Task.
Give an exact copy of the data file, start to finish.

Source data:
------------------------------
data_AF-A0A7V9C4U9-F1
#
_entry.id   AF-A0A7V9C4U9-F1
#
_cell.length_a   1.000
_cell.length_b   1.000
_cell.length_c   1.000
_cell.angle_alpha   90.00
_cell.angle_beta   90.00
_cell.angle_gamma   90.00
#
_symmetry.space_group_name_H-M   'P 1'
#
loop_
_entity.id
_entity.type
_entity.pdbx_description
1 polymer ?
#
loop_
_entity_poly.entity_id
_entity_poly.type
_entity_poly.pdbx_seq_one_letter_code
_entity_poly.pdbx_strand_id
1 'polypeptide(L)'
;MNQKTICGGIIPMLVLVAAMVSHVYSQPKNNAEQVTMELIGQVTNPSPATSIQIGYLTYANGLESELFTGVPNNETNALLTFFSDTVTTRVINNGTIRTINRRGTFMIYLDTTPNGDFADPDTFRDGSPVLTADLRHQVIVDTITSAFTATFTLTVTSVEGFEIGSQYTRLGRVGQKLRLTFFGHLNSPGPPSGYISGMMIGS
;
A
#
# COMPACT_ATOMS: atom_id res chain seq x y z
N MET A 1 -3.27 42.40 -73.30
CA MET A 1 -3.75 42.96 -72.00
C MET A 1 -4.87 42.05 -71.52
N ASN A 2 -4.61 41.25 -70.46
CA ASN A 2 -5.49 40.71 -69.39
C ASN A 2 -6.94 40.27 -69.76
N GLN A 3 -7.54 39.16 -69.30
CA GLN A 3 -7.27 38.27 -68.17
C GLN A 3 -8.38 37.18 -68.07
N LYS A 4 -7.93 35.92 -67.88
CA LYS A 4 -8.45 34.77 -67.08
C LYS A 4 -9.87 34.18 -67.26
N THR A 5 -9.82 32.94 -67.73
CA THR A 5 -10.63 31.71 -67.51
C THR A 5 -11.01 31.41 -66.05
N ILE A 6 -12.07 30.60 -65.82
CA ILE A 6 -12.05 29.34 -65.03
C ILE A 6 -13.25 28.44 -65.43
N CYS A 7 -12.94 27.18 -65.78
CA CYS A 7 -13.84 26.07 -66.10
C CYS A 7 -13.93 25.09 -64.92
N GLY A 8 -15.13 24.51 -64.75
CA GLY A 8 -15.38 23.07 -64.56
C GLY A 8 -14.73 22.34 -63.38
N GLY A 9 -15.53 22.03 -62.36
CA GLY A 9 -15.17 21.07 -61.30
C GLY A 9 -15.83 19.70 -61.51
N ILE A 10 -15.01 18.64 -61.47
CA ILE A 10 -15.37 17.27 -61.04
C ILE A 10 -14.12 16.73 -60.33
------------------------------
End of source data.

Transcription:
data_AF-A0A7V9C4U9-F1
#
_entry.id   AF-A0A7V9C4U9-F1
#
_cell.length_a   1.000
_cell.length_b   1.000
_cell.length_c   1.000
_cell.angle_alpha   90.00
_cell.angle_beta   90.00
_cell.angle_gamma   90.00
#
_symmetry.space_group_name_H-M   'P 1'
#
loop_
_entity.id
_entity.type
_entity.pdbx_description
1 polymer ?
#
loop_
_entity_poly.entity_id
_entity_poly.type
_entity_poly.pdbx_seq_one_letter_code
_entity_poly.pdbx_strand_id
1 'polypeptide(L)'
;MNQKTICGGIIPMLVLVAAMVSHVYSQPKNNAEQVTMELIGQVTNPSPATSIQIGYLTYANGLESELFTGVPNNETNALLTFFSDTVTTRVINNGTIRTINRRGTFMIYLDTTPNGDFADPDTFRDGSPVLTADLRHQVIVDTITSAFTATFTLTVTSVEGFEIGSQYTRLGRVGQKLRLTFFGHLNSPGPPSGYISGMMIGS
;
A
#
# COMPACT_ATOMS: atom_id res chain seq x y z
N MET A 1 -3.27 42.40 -73.30
CA MET A 1 -3.75 42.96 -72.00
C MET A 1 -4.87 42.05 -71.52
N ASN A 2 -4.61 41.25 -70.46
CA ASN A 2 -5.49 40.71 -69.39
C ASN A 2 -6.94 40.27 -69.76
N GLN A 3 -7.54 39.16 -69.30
CA GLN A 3 -7.27 38.27 -68.17
C GLN A 3 -8.38 37.18 -68.07
N LYS A 4 -7.93 35.92 -67.88
CA LYS A 4 -8.45 34.77 -67.08
C LYS A 4 -9.87 34.18 -67.26
N THR A 5 -9.82 32.94 -67.73
CA THR A 5 -10.63 31.71 -67.51
C THR A 5 -11.01 31.41 -66.05
N ILE A 6 -12.07 30.60 -65.82
CA ILE A 6 -12.05 29.34 -65.03
C ILE A 6 -13.25 28.44 -65.43
N CYS A 7 -12.94 27.18 -65.78
CA CYS A 7 -13.84 26.07 -66.10
C CYS A 7 -13.93 25.09 -64.92
N GLY A 8 -15.13 24.51 -64.75
CA GLY A 8 -15.38 23.07 -64.56
C GLY A 8 -14.73 22.34 -63.38
N GLY A 9 -15.53 22.03 -62.36
CA GLY A 9 -15.17 21.07 -61.30
C GLY A 9 -15.83 19.70 -61.51
N ILE A 10 -15.01 18.64 -61.47
CA ILE A 10 -15.37 17.27 -61.04
C ILE A 10 -14.12 16.73 -60.33